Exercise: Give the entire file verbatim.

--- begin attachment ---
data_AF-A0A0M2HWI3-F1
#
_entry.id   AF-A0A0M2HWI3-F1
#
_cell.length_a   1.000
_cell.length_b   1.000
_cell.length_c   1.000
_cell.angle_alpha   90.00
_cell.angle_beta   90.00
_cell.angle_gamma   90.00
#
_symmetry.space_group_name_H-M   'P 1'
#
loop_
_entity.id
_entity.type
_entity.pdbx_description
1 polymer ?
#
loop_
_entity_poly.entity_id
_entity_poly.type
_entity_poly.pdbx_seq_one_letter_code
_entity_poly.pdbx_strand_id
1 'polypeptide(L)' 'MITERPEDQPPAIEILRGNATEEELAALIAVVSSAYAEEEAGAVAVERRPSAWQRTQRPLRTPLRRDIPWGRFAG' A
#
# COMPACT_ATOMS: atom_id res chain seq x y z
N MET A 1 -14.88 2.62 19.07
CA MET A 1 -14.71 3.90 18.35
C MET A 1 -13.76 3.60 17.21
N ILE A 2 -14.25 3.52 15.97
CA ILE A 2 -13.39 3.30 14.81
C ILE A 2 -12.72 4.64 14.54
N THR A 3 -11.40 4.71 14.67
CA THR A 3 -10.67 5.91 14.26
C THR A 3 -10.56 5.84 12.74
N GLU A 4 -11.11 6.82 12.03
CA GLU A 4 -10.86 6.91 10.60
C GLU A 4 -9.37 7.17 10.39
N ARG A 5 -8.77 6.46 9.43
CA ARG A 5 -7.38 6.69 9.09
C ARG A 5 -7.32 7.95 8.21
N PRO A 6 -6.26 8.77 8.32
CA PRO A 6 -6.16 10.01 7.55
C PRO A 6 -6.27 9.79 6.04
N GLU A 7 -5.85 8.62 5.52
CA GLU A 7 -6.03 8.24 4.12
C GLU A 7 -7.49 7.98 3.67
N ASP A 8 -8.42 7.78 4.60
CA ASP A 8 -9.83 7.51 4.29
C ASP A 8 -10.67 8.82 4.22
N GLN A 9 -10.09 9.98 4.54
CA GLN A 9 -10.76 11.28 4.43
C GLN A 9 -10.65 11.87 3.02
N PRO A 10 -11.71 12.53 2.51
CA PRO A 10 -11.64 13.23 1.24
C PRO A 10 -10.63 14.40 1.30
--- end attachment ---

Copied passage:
data_AF-A0A0M2HWI3-F1
#
_entry.id   AF-A0A0M2HWI3-F1
#
_cell.length_a   1.000
_cell.length_b   1.000
_cell.length_c   1.000
_cell.angle_alpha   90.00
_cell.angle_beta   90.00
_cell.angle_gamma   90.00
#
_symmetry.space_group_name_H-M   'P 1'
#
loop_
_entity.id
_entity.type
_entity.pdbx_description
1 polymer ?
#
loop_
_entity_poly.entity_id
_entity_poly.type
_entity_poly.pdbx_seq_one_letter_code
_entity_poly.pdbx_strand_id
1 'polypeptide(L)' 'MITERPEDQPPAIEILRGNATEEELAALIAVVSSAYAEEEAGAVAVERRPSAWQRTQRPLRTPLRRDIPWGRFAG' A
#
# COMPACT_ATOMS: atom_id res chain seq x y z
N MET A 1 -14.88 2.62 19.07
CA MET A 1 -14.71 3.90 18.35
C MET A 1 -13.76 3.60 17.21
N ILE A 2 -14.25 3.52 15.97
CA ILE A 2 -13.39 3.30 14.81
C ILE A 2 -12.72 4.64 14.54
N THR A 3 -11.40 4.71 14.67
CA THR A 3 -10.67 5.91 14.26
C THR A 3 -10.56 5.84 12.74
N GLU A 4 -11.11 6.82 12.03
CA GLU A 4 -10.86 6.91 10.60
C GLU A 4 -9.37 7.17 10.39
N ARG A 5 -8.77 6.46 9.43
CA ARG A 5 -7.38 6.69 9.09
C ARG A 5 -7.32 7.95 8.21
N PRO A 6 -6.26 8.77 8.32
CA PRO A 6 -6.16 10.01 7.55
C PRO A 6 -6.27 9.79 6.04
N GLU A 7 -5.85 8.62 5.52
CA GLU A 7 -6.03 8.24 4.12
C GLU A 7 -7.49 7.98 3.67
N ASP A 8 -8.42 7.78 4.60
CA ASP A 8 -9.83 7.51 4.29
C ASP A 8 -10.67 8.82 4.22
N GLN A 9 -10.09 9.98 4.54
CA GLN A 9 -10.76 11.28 4.43
C GLN A 9 -10.65 11.87 3.02
N PRO A 10 -11.71 12.53 2.51
CA PRO A 10 -11.64 13.23 1.24
C PRO A 10 -10.63 14.40 1.30